Detention and Torture in Guantanamo
Rita Maran’s commentary addresses detention and torture at the Guantanamo military prison and how the facility has emerged as a symbol of the Bush administration’s drive to chisel away at America’s historic laws and statutes, to rebalance the country’s tripartite system of governing, and to commit military aggression against populations abroad. The essay systematically surveys conditions at the camp, the relevant principles and treaties in international human rights law, the role of the United Nations, the Geneva Conventions, U.S. law, three pertinent Supreme Court cases, and the actions of the Bush administration and the Congress. She concludes that torture is morally wrong, and legally a crime; thus, citizens of the U.S. must never again be complicit when its or any government stoops far below minimal human rights in the moral and legal domains.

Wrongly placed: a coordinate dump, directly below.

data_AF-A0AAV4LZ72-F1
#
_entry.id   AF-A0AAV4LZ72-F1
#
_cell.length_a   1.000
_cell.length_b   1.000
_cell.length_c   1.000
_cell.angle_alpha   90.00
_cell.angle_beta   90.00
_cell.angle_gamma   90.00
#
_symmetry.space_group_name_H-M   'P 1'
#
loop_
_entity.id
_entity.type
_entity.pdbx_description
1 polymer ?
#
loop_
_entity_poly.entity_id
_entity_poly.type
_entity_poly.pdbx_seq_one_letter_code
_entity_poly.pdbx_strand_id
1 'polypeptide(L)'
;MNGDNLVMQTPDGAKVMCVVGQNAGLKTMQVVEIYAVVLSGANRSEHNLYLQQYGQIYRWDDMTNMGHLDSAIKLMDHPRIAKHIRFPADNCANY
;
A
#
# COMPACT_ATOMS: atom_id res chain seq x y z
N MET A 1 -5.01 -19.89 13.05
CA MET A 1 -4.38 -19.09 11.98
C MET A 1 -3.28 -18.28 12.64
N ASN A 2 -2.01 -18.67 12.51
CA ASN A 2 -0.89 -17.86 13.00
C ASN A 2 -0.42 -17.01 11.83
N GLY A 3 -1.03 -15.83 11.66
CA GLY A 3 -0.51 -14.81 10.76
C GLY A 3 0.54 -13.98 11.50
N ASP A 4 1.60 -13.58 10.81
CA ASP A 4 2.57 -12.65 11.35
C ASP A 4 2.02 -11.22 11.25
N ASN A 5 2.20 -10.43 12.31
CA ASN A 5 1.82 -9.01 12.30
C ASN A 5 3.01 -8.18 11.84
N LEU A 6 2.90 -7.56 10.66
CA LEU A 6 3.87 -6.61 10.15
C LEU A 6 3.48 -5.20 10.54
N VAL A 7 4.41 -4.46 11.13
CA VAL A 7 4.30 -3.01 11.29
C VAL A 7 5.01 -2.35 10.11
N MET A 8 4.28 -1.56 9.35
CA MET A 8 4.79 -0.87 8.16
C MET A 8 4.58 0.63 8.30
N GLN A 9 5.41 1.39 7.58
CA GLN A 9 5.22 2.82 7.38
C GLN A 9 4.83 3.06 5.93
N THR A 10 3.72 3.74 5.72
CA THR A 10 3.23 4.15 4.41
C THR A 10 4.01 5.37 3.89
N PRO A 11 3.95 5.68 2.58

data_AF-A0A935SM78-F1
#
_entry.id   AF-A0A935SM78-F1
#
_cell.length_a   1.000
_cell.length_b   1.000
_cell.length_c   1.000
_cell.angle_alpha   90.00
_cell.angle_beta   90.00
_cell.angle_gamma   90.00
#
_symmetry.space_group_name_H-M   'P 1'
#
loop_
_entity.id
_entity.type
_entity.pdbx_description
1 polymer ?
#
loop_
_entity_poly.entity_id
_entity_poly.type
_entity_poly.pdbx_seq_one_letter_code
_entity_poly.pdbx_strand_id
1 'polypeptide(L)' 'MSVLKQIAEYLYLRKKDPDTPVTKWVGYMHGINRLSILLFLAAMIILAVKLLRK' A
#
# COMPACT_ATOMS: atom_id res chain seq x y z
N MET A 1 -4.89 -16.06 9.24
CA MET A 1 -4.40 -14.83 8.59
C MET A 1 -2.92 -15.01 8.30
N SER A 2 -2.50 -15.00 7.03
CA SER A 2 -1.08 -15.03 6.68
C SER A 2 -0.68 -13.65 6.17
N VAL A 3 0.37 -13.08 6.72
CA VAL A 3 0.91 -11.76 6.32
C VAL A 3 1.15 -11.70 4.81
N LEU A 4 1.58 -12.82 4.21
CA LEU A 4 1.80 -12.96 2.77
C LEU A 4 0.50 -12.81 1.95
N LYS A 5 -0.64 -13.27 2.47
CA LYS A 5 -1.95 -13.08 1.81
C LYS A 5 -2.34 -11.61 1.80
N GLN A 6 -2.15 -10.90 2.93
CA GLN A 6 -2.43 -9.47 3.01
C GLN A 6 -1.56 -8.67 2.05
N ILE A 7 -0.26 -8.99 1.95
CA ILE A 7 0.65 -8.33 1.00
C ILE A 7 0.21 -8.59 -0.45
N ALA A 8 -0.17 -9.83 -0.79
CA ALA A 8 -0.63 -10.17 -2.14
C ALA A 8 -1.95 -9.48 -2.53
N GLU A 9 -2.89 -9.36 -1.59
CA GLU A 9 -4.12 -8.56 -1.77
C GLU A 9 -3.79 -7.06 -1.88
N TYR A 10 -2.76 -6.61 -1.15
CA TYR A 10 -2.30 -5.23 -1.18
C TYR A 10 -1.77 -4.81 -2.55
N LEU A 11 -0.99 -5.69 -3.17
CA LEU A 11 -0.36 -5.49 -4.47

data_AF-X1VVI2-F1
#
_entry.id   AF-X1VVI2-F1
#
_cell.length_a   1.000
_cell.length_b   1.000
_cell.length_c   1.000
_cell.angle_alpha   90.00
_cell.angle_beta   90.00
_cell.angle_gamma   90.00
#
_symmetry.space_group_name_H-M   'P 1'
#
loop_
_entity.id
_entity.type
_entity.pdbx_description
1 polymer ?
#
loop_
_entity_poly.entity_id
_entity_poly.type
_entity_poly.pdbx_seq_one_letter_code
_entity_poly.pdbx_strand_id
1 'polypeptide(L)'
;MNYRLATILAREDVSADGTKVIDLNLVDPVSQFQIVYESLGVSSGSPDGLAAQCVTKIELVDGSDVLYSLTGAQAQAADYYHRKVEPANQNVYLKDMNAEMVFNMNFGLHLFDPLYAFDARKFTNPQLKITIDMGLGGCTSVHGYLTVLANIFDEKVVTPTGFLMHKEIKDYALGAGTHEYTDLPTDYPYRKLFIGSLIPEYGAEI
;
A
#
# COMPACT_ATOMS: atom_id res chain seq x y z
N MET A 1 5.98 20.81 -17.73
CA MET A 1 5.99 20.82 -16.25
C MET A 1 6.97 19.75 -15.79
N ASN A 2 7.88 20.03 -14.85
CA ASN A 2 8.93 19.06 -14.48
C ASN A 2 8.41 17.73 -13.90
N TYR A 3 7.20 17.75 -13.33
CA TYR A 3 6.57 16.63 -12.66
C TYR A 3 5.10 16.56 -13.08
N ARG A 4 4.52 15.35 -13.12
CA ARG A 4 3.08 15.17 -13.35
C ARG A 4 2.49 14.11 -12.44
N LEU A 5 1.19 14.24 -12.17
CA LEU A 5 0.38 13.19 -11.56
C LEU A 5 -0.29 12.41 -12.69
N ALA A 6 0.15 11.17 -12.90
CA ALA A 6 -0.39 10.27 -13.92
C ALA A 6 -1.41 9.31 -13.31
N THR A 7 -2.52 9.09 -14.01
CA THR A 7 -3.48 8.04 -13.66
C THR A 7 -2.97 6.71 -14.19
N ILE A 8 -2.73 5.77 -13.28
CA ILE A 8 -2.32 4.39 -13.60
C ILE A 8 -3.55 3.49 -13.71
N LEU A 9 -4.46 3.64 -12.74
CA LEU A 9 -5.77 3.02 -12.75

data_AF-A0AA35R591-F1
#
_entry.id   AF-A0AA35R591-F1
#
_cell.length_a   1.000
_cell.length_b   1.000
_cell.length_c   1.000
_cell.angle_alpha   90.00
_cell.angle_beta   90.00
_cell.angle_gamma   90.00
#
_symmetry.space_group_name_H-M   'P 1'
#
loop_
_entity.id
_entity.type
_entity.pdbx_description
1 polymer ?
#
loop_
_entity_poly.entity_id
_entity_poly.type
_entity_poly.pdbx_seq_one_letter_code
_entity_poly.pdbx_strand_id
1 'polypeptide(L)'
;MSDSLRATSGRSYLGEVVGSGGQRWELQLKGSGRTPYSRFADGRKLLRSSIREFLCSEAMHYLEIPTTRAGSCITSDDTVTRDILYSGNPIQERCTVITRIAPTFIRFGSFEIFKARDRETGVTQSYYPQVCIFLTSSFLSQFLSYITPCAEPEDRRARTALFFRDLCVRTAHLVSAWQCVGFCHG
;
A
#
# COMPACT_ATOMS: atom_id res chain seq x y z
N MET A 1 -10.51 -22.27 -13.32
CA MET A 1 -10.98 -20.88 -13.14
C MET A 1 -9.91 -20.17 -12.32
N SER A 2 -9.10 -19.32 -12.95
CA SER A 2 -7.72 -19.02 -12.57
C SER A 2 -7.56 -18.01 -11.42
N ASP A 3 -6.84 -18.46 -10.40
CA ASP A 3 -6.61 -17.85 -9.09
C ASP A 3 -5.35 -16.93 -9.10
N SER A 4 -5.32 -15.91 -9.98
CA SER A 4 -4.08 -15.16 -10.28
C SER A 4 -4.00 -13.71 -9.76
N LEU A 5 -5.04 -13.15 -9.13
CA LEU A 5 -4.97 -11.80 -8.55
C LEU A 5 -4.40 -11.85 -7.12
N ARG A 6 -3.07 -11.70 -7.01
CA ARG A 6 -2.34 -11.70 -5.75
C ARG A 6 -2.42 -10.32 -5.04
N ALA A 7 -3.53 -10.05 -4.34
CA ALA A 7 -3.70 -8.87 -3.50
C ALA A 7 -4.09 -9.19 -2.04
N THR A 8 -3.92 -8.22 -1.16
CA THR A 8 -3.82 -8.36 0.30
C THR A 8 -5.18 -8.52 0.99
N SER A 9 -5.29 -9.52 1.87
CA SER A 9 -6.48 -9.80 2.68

Guantanamo, international law, torture, George W. Bush administration
Citation: Social Justice Vol. 33, No. 4 (2006): 151-181